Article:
The World's Largest Dinosaurs
A new exhibition about the super-sized sauropods, the most colossal animals to walk the earth
October 11, 2014–April 12, 2015
The World’s Largest Dinosaurs, a major new exhibition coming in October to the North Carolina Museum of Natural Sciences, explores the amazing biology of a group of uniquely super-sized dinosaurs: the long-necked and long-tailed sauropods, some of which may have reached lengths of 130 feet. The exhibition draws on cutting-edge paleo-biological research that looks in part to living organisms to make inferences about how these giants were able to thrive, as a group, for approximately 140 million years. Through innovative exhibits — including the exhibition centerpiece, a life-sized, detailed model of a 60-foot-long Mamenchisaurus —The World’s Largest Dinosaurs takes visitors beyond the bones and into the bodies of these titans, shedding light on how heart rate, respiration, metabolism, and reproduction are linked to size.
Distinguished by their colossal size, sauropods included animals of diverse shape, and ornamentation, such as the gigantic Apatosaurus, formerly known as Brontosaurus. Focusing on the biology and behavior of these diverse creatures, The World’s Largest Dinosaurs builds on a growing body of research that examines dinosaurs as living animals, primarily through comparisons with modern dinosaur relatives.
The exhibition is curated by Mark Norell, chair of the American Museum of Natural History’s Division of Paleontology, who has done groundbreaking work in the field of dinosaur biology, and features the work of exhibition guest co-curator Martin Sander from the University of Bonn in Germany. Sander has assembled a multi-disciplinary research team of experts in materials science, animal nutrition, sports medicine, biomechanics, and paleontology to address the intriguing question of what sauropods in particular were like as living animals and how they became so large.
Tickets: Free for Members; $14 for Adults; $12 for Seniors, Students and Military; $8 for Children (3-12).
Group Rates: Purchasing ten or more tickets at once? Call our box office between 10am and 4pm, Monday through Friday to place your reservation! Adult Groups are $10 per person, Youth Groups are $6 per person.
For additional information or to purchase tickets, visit or call the Museum Box Office at 919.707.9950 or buy tickets online.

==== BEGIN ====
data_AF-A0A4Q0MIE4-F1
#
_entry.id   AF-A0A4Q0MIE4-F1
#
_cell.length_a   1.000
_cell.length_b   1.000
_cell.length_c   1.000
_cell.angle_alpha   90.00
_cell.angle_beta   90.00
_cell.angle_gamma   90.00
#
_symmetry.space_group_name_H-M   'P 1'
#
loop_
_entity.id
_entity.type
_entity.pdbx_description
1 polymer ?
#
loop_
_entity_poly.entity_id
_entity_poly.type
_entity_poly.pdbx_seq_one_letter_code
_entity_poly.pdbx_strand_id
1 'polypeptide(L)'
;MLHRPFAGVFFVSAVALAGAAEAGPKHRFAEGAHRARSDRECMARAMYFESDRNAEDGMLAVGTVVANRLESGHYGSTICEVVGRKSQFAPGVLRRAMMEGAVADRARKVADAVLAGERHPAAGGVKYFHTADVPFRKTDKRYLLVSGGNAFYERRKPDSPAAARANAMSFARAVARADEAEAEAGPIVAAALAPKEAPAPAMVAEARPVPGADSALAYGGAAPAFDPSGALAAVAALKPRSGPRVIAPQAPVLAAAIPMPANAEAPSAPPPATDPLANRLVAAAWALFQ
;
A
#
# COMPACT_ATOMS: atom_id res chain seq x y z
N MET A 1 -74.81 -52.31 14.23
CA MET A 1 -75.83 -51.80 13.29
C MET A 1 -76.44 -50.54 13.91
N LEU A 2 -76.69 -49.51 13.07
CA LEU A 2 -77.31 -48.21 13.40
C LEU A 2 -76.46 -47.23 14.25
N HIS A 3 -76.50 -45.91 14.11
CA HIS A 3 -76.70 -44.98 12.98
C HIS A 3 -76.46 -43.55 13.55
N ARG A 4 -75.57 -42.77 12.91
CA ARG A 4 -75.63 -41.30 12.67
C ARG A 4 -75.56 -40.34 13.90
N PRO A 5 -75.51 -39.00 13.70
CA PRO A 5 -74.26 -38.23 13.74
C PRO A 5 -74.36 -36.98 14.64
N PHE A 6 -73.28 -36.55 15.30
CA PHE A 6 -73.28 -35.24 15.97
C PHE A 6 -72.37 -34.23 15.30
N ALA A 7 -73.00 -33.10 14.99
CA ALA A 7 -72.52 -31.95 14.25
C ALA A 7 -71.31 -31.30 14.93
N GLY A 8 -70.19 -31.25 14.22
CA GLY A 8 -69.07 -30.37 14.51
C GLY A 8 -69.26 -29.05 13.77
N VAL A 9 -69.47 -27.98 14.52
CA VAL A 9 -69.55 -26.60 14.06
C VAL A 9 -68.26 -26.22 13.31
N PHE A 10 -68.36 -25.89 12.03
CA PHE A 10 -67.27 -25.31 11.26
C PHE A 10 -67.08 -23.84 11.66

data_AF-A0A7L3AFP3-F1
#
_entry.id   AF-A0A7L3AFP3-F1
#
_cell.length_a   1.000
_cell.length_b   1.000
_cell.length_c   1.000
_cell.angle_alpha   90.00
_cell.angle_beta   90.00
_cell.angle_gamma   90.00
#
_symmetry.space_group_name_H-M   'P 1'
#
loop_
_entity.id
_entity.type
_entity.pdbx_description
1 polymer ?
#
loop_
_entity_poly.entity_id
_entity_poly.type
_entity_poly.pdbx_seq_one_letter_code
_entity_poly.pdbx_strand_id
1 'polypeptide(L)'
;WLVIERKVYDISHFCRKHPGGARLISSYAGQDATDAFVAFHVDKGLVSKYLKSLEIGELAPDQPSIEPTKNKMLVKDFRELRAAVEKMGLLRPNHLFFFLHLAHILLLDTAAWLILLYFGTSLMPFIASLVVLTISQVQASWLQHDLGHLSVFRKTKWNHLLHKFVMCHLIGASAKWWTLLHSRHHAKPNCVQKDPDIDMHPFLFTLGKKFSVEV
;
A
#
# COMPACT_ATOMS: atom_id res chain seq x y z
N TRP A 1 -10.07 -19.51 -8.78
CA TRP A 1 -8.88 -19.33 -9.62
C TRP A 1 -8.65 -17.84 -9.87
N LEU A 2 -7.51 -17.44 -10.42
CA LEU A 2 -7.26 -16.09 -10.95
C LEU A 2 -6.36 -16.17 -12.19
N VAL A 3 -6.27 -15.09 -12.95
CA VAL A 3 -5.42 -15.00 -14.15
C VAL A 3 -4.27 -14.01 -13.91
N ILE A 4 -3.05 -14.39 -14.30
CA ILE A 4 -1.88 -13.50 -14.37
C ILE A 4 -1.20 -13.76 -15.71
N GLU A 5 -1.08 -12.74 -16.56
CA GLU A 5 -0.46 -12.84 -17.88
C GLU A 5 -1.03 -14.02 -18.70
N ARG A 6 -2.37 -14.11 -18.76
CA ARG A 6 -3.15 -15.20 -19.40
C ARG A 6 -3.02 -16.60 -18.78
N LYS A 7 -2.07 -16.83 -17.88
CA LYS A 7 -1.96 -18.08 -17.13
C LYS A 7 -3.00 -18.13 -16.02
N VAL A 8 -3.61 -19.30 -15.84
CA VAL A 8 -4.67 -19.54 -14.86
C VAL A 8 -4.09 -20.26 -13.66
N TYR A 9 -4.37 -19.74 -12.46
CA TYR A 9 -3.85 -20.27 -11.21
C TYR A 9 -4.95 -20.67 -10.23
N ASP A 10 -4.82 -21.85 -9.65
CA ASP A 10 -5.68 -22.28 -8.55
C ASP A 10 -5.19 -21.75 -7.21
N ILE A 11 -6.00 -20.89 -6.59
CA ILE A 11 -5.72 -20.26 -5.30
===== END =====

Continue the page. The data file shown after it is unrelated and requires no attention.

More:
Educational Guides for The World's Largest Dinosaurs
December 4, 2014: What's the Big Deal About the World's Largest Dinosaurs? with Dr. Paul Brinkman, Assistant Director of the Paleontology & Geology Research Lab, NC Museum of Natural Sciences.
Brinkman, a science historian and author, will discuss the history of America’s fascination with sauropods and dinosaurs in general in his presentation.
January 8, 2015: Dinosaurs of the Dawn: Giant New Discoveries Reveal a Lost Cretaceous Ecosystem with Dr. Lindsay Zanno, Director of the Paleontology & Geology Research Lab, NC Museum of Natural Sciences.
Scientists have been hunting dinosaurs in North America for over a century, yet new species are being discovered at an exponential rate. Zanno reveals her team’s latest fossil finds and their struggle for survival at the dawn of the Late Cretaceous in North America.
February 5, 2015: "The World’s Largest Dinosaurs When They Were Tiny" with Dr. Mary Schweitzer, Curator of Vertebrate Paleontology, NC Museum of Natural Sciences.
One of the biggest mysteries about dinosaurs is how they got to be the size of 14 elephants stacked on top of each other, in a short amount of time, while consuming a plant diet. Schweitzer will explore reproductive habits and growth rate in some of the world’s largest dinosaurs.
February 19, 2015: Dr. Mark Norell, Division Chair and Curator-in-Charge, Division of Paleontology, American Museum of Natural History.
Lecture topic and title to be determined.
March 5, 2015: “Searching for Triassic Age Animals in Arizona and North Carolina” with Vince Schneider, Curator of Paleontology, NC Museum of Natural Sciences.
Learn about the Museum’s field research from the Triassic age sediments of Arizona and North Carolina. Schneider will also talk about animals that were alive just before the Age of Dinosaurs.
Special Program for Educators
Thursday, January 29, 2015